Seated next to the catwalk, and watching the girls in black dresses remove the black sheets covering the runway, we waited for the usual fashion show ritual – dimming of lights and music starting to play through the speakers to let people know the show is about to start. To our surprise, three men in white t-shirts with rolled sleeves walked across the runway to take their positions with drums, a mic and an electric guitar set up on the side. From the get go everyone at the show knew there was going to be an electric energy that would flow through the room. The drummer tapped his drumsticks together and we were ready to rock and roll.
As the vibrations from the live music met our feet, the first model walked out with badass, dark cherry lips and messy hair while wearing black jeans and a long, tan coat. Vintage Zionist hit us in the face with their AW18 collection. Leopard print, leather jackets, skinny jeans and torn white t-shirts have never looked this good. Their fitted jackets with extra long sleeves swirled the guitar riffs in the air as each model marched with a determined stride in Doc Martins. Our eyes were continuously teased by garments hanging off shoulders, with pops of colour that were unusual for the Vintage Zionist brand.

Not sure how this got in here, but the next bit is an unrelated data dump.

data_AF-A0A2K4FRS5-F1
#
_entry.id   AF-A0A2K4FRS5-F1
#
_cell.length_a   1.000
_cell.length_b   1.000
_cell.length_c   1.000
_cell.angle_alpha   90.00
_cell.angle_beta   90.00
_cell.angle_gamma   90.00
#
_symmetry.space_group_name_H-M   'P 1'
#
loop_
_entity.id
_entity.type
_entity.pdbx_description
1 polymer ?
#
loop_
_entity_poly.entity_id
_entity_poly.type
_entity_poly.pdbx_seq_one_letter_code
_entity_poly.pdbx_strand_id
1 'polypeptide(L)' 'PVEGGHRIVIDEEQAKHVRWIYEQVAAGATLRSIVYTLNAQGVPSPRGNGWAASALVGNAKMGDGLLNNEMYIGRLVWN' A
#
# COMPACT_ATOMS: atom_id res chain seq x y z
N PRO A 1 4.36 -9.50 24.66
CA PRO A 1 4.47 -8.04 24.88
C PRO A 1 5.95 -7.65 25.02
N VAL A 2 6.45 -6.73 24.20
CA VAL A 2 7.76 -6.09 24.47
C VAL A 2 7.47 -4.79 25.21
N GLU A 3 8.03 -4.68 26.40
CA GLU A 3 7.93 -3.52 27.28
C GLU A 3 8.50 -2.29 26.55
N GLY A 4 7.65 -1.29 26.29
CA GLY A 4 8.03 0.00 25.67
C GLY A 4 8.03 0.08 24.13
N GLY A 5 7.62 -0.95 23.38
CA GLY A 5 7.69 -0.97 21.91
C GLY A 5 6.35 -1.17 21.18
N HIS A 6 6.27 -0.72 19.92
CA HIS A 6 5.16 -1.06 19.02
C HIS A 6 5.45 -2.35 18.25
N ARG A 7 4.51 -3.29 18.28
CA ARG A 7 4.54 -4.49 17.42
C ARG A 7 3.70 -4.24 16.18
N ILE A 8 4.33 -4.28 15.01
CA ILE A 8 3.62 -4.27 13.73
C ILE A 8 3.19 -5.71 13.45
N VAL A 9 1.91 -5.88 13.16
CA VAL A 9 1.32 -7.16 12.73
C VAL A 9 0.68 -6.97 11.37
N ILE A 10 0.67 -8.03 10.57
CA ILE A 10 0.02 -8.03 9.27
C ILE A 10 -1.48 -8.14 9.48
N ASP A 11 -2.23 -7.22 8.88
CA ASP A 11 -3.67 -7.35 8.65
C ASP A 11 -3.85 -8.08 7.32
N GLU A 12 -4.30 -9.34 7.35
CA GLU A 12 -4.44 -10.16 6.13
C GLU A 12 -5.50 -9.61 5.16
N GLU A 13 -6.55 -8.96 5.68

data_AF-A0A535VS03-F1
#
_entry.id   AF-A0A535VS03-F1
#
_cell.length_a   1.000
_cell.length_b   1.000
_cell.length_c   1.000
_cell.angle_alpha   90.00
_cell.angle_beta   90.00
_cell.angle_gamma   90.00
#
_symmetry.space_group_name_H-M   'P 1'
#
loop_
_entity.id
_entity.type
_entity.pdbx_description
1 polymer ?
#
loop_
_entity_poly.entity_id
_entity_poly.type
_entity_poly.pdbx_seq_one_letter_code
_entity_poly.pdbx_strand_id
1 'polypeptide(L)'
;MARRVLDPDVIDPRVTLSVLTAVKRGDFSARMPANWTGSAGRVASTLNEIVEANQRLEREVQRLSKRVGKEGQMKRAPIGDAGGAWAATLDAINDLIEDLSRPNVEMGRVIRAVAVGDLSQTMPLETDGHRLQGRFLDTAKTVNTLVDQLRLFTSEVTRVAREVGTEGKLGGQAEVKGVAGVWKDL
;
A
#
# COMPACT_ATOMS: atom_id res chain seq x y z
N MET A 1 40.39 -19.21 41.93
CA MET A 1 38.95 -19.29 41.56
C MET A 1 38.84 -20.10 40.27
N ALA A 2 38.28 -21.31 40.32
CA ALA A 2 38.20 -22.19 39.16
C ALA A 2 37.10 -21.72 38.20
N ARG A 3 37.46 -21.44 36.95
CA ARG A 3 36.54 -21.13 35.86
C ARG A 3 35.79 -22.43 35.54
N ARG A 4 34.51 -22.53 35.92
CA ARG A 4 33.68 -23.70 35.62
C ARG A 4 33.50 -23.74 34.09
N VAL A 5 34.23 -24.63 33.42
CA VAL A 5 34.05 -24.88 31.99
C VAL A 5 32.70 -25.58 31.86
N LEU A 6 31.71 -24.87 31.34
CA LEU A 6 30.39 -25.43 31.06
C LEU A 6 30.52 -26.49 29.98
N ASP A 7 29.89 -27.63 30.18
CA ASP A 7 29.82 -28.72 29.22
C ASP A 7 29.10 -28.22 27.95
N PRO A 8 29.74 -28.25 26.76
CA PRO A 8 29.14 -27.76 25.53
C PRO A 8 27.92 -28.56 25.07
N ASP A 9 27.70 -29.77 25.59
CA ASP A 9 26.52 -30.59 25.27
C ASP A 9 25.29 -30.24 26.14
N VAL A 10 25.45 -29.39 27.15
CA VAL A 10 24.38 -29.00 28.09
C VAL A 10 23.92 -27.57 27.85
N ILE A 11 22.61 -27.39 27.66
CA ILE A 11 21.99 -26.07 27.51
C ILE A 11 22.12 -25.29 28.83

We were only given a moment to catch our breath before the screen behind the runway came to life again. Mimicking the fuzzy texture that appears on a TV screen when there is no signal, grey and black glitches jumped across the screen in between “AFROPUNK” and the Vintage Zionist logo. With the lights dimming once again, we were transported into an AFROPUNK-inspired fashion dream. Hardcore punk music guided the models as we were introduced to the magic that can be made with denim and recycled leather. Garments were accessorized with earrings and tongue rings, making an immediate connection to the imagined wearer of the clothing.
Oscar Ncube, one half of Vintage Zionist, explained that the AFROPUNK collection could be viewed as a history lesson. The original punks – the tribesmen and women from Africa – were referenced through images of people with large lip rings and patterned scarification placed on t-shirts. The words ‘stay punk’ emphasized how the punk aesthetic was derived from men and women from the continent. Continuing with our history lesson, the collection paid homage to the likes of Chuck Berry, Jimi Hendrix and Little Richard, the black icons who curated the rock and roll sound. This awareness of black cultural influence carried through the entire show.
Embracing DIY culture in fashion, Jimi Hendrix song lyrics were written all over items of clothing as a reflection on the importance of self-expression. “AFROPUNK” and other words looked as if they were tagged across garments, bringing to mind the influence of graffiti and making art accessible. Ripped black denim was seen alongside fish net dungaree dresses accented with silver studs while Leather tassels danced around the models’ backs.
Music, fashion, art. The potency of this combination can only result in the ultimate rock ‘n roll uniform compounded by the aesthetic similarities between AFROPUNK and Vintage Zionist.